H.R. ____, the “Emergency Relief for Student Borrowers Act” (Dean)
H.R. ____, “Private Loan Disability Discharge Act of 2019” (Dean)

The Emergency Relief for Student Borrowers Act would have the Secretary of the Treasury make the monthly payments for private education loan borrowers, regardless of need, for the rest of the COVID-19 national emergency and for the following six months. The amount paid would be a minimum of $10,000 or the total owed. This step would require extensive, complex coordination and across-the-board servicing system changes at a time when financial institutions, like other parts of the economy, are coping with workplace challenges. We also question if these payments are a good use of federal resources, since 98 percent of private student loans are repaid successfully, and the most recent delinquency rate was only 3 percent, indicating that, unlike federal student loan borrowers, private loan borrowers are successfully making payments. However, as we have stated in the past, should Congress decide to proceed CBA members will work with their affected customers and the Treasury Department to implement the policy and create a process for the government to make payments to lenders on behalf of their borrowers.

In addition, while well meaning, the Private Loan Disability Discharge Act of 2019 is unnecessary and would impose unhelpful bureaucracy into a situation where banks are already doing what the legislation would mandate. Currently, banks are discharging private student loans when the borrower becomes totally and permanently disabled. Adding a federal mandate with various extra steps and requirements will only hinder a well-functioning process and not provide any help to private student loan borrowers.

H.R. ____, “Ending Debt Collection Harassment Act of 2019” (Pressley)

The Fair Debt Collection Practices Act (FDCPA) is not intended to apply to banks, though many voluntarily comply through normal business practices. The CFPB confirmed this in rulemaking last year.2 Nonetheless we note that while the FDCPA does not apply directly to banks, it was modified last year to allow text and email communications between third-party debt collectors and customers under certain conditions. This change occurred in part because customers increasingly want to receive communications over text or email instead of phone calls or U.S. mail. The modifications did not impose a strict limit on those communications because it is hard to design a one-size-fits-all limit: what could be discussed in a 3-minute phone call could take 5, 10, or more text messages. The CFPB already has authority to punish debt collectors who abuse this privilege, and they have not hesitated to do so in the past. Provisions in this legislation requiring specific consent for texts and emails, and their frequency, will create confusing opt-in systems that will overall make it more difficult to reach customers over their often-preferred mode of communication.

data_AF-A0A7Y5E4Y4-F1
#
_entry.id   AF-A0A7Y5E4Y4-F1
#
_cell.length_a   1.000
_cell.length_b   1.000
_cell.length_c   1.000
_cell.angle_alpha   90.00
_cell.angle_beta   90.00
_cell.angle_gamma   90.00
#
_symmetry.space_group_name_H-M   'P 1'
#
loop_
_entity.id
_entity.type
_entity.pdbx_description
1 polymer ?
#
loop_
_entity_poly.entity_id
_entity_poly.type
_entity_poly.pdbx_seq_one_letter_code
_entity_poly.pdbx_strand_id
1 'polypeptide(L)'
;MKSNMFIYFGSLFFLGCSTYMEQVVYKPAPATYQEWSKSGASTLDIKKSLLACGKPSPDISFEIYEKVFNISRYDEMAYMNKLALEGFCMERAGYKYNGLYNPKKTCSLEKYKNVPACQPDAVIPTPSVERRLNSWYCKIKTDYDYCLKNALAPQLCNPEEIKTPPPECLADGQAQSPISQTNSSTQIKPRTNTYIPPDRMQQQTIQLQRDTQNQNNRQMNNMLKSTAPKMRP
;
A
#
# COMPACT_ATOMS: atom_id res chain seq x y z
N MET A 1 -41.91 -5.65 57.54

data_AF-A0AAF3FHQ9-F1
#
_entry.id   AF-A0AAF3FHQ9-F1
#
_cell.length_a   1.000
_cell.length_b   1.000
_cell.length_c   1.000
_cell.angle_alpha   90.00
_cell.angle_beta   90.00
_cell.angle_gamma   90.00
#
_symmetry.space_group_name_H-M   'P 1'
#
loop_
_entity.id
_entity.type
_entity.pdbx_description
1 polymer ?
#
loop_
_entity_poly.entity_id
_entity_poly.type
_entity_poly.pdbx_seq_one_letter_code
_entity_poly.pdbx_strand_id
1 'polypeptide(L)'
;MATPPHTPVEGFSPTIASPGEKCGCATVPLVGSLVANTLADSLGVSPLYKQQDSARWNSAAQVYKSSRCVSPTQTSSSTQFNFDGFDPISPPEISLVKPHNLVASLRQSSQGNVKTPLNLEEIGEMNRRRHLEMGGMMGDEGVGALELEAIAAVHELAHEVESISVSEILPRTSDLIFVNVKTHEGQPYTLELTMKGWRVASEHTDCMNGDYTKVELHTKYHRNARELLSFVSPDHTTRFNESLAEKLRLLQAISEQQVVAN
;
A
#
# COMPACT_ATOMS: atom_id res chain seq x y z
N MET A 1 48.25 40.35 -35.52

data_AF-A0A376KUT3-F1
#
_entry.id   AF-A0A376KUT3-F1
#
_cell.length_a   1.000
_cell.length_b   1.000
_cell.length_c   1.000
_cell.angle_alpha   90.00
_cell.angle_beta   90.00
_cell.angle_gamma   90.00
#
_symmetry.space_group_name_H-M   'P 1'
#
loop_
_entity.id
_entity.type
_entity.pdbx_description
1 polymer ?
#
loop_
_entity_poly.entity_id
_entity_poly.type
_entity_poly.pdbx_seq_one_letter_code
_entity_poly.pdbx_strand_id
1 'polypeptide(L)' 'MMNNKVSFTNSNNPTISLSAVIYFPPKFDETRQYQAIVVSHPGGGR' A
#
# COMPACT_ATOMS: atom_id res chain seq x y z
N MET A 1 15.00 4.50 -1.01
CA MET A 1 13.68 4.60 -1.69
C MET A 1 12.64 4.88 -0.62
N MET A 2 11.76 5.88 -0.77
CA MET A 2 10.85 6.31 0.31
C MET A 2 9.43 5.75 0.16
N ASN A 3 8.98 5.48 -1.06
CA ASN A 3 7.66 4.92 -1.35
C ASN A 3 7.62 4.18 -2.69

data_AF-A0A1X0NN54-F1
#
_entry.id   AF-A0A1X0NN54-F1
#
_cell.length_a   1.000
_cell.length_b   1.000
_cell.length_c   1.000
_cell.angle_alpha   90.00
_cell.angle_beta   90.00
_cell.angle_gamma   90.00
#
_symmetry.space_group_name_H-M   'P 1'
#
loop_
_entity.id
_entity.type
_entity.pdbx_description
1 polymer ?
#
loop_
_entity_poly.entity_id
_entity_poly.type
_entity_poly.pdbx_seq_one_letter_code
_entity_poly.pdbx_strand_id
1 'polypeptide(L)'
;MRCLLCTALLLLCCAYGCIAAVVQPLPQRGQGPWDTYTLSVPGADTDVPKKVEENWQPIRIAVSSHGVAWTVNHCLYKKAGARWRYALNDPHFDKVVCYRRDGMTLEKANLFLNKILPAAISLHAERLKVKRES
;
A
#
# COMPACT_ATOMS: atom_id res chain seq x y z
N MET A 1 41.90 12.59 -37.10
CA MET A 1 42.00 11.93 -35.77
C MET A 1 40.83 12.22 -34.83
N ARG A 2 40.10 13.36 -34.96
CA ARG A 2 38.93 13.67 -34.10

H.J. Res. _____, Resolution of Disapproval on the OCC’s National Banks and Federal Savings Associations as Lenders Final Rule.

CBA supports the OCC True Lender rule3 that brings much needed clarity to the marketplace without sacrificing consumer protections. Opponents have mislabeled the “true lender” definition with usury claims based on the theory that the non-bank partner is the “true lender.” These claims assert that the non-bank partner is not a chartered entity and therefore cannot export the interest rate of its home state and, accordingly, the interest rate is usurious under a second state’s law. These challenges in the absence of regulatory authority created divergent standards for identifying the true lender based on outlier court opinions. This uncertainty in turn casts doubt on loans made under bank-fintech partnership models and threatened credit availability.

Under these circumstances the OCC has the obligation and the necessary statutory authority to promulgate rules to clarify which entity is the “true lender” under the National Banking Act (NBA). Clarity on this issue is important for a robust, competitive, nationwide lending marketplace and in no way relieves OCC-regulated banks of their existing legal and risk management responsibilities in their relationships with bank partners, including those detailing robust consumer protection standards. This rule benefits consumers, small businesses, and other borrowers who rely on access to credit to cover various expenses, start businesses, and engage in trade and commerce.

Thank you again for your decisive actions and leadership during this time. We look forward to working with you on all these proposals to ensure the best possible outcome for consumers and lenders.

Sincerely,

Richard Hunt
President and CEO